Case number: OIC-107223-K3C2H5
22 June 2021
In a request dated 4 November 2020, the applicant sought access to all forms of written communication emails, letters, letters handed in at front desk, minutes of meetings, internal memos, and texts that mention him for the past 25 years held by all sections of the housing department, the County engineering office, the Cahir County Council office, the County Manager, and all upper management meetings”.
On 6 November 2020, the Council wrote to the applicant wherein it informed him that his request did not contain sufficient particulars to enable the records sought to be identified and that his request may have to be refused. In order to assist the applicant with his request, it asked him to provide further details to help it identify the records sought. It asked him to provide details of the sections he had dealings with and when, and any related reference or account numbers. It also explained that as his request was for personal information it required appropriate evidence of identification.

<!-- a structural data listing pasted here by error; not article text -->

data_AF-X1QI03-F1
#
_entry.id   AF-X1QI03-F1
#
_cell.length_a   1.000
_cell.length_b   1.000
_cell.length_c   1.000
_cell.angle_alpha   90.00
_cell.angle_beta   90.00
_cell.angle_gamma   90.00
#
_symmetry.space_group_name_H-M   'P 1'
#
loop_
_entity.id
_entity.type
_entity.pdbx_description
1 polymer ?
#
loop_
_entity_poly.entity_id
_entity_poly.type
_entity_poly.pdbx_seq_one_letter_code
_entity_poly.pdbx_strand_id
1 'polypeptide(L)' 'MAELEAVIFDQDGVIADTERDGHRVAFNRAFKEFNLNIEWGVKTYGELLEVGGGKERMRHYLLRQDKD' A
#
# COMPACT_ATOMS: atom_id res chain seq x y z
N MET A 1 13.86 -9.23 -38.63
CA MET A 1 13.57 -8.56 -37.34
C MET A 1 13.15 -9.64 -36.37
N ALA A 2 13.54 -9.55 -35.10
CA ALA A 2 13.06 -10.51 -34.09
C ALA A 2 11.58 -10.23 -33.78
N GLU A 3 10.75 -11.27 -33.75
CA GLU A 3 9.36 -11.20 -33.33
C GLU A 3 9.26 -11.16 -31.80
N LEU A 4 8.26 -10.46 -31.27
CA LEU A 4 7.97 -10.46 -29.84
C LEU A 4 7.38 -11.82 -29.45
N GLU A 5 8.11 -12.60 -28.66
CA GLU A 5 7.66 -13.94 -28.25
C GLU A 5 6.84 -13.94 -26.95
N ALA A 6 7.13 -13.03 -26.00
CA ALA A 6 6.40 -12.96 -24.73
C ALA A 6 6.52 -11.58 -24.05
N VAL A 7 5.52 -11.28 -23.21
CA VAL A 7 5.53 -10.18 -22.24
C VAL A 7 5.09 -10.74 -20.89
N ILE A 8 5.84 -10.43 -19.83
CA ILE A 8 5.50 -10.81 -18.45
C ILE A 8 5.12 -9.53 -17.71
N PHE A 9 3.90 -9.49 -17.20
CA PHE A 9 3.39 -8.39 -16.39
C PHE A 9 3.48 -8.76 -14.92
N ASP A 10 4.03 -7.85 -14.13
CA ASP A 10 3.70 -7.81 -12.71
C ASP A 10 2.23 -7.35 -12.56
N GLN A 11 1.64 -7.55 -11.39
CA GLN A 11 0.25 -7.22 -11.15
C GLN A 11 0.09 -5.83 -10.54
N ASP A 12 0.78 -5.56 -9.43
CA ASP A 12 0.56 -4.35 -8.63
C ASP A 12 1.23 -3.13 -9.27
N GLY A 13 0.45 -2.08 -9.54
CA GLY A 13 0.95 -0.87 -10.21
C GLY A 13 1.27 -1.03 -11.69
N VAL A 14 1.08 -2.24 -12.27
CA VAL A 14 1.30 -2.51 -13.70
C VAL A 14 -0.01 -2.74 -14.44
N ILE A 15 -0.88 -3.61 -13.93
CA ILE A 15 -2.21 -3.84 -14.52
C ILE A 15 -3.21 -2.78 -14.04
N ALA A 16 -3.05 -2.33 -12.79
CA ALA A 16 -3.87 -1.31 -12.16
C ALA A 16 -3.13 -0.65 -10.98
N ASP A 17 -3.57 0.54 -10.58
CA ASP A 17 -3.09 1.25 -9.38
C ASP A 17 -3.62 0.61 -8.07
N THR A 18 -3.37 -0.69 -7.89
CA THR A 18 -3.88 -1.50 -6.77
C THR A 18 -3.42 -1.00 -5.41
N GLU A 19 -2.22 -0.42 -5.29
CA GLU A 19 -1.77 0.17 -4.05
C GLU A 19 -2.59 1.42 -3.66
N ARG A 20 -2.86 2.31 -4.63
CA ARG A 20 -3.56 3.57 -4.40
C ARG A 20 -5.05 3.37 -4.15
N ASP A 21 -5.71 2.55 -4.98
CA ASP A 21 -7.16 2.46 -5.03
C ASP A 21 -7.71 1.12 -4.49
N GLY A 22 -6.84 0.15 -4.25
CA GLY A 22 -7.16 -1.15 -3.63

On 17 November 2020, the applicant submitted a new request, wherein he stated that he needed the Council to look at the housing section and the customer service desk. He sought “All and everything on me”. It appears that the Council emailed the applicant seeking evidence of identification and that the applicant did not reply. Instead, on 2 February 2021, he re-submitted the request he had originally submitted on 4 November 2020. Separately, he sent identification details to the Council when requested to do so. On 19 February, 2021, the Council wrote to the applicant and informed him that it was proposing to refuse his request under section 15(1)(c) of the Act (which is essentially concerned with the refusal of voluminous requests) unless he agreed to refine it, and it informed him that it would be happy to assist in refining the request. In response, the applicant stated that he would need all information as set out in his request.